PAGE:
Firing the new PG-7VR tandem-charge ammunition, the RPG-7 can penetrate nearly 2 feet of steel with explosive reactive armor, 5 feet of reinforced concrete, 6.5 feet of brickwork, or 12 feet of log or sand. The RPG round can put a 2-inch hole in walls, but does not knock down the entire wall. It is highly effective in urban warfare against troops inside buildings. In this manner, it was used to great effect against American forces during the Vietnam War at the Battle of Hue in 1966.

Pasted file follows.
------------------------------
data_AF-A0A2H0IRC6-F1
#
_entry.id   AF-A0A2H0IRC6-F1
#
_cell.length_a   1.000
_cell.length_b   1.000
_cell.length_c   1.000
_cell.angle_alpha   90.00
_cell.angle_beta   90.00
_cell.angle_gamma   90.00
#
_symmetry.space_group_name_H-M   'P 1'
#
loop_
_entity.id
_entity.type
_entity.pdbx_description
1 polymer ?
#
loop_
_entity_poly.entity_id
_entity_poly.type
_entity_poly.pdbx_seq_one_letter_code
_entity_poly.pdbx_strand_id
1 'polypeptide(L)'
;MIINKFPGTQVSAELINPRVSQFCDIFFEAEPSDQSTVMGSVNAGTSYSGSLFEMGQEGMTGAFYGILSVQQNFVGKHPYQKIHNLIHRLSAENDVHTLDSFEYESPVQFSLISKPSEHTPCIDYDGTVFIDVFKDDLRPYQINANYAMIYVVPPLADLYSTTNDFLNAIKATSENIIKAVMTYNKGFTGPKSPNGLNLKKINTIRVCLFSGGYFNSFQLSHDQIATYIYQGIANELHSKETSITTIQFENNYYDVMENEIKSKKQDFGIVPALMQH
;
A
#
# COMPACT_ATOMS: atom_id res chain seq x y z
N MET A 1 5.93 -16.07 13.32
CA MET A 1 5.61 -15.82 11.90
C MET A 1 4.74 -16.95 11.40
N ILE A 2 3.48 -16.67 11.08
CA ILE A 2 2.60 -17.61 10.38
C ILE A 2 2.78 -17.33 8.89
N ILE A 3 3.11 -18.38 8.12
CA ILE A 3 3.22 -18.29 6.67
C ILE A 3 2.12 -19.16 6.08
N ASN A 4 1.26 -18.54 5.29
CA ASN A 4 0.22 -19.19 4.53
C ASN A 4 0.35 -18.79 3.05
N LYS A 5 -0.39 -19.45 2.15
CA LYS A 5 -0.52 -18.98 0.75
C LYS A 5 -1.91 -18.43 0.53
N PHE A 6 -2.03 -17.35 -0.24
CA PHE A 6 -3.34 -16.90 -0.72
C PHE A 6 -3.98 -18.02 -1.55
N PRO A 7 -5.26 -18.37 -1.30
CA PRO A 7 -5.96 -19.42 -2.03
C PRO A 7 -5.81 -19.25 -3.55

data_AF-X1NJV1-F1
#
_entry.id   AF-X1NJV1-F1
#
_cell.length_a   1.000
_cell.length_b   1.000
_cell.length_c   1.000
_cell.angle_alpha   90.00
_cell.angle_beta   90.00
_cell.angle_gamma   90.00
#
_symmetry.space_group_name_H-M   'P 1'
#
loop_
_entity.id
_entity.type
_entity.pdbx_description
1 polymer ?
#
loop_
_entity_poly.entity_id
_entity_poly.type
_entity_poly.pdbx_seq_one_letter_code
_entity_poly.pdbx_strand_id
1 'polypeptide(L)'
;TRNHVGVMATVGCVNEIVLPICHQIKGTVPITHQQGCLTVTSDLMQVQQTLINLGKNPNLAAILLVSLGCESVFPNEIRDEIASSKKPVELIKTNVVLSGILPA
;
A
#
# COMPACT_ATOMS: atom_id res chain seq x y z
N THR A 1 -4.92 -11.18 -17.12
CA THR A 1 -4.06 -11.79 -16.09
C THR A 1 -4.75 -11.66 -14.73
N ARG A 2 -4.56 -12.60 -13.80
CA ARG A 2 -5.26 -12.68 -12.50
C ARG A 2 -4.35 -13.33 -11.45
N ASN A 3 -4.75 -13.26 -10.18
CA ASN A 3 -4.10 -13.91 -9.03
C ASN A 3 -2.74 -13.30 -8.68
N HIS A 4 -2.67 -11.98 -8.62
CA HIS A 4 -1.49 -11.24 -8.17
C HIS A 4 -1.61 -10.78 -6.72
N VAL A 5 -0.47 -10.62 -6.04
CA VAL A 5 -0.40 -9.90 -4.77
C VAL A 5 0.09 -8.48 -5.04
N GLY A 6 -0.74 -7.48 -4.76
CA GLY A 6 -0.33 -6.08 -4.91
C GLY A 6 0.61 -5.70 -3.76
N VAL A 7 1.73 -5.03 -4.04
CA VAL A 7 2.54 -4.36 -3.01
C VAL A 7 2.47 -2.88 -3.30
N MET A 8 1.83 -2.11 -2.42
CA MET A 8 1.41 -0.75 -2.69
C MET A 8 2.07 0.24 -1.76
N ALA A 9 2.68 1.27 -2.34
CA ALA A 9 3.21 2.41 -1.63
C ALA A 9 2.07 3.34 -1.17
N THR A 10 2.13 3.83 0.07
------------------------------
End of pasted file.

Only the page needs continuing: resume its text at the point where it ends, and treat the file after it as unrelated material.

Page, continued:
The RPG-7 has two standard sights, a primary 2.5 power optical telescopic sight, and a permanently-attached iron sight as a backup. In addition, night-vision sights may be attached in place of the optical sight. Two factors make accurate firing difficult, particularly at longer ranges, even in ideal weather conditions. First, the shooter must estimate range with a high degree of precision. This is helped greatly by the optical sight, but remains a crucial factor in achieving a hit. Second, the weight of the grenade at the forward end of the RPG makes it difficult to hold the weapon steady for any length of time. This means that the shooter must line up his sights and fire quickly. Without practice, a shooter can hit a vehicle-sized target most of the time at ranges of 150-300 feet. With training, the RPG has an effective range of 1,000 feet against moving targets and about 1,600 feet against stationary targets.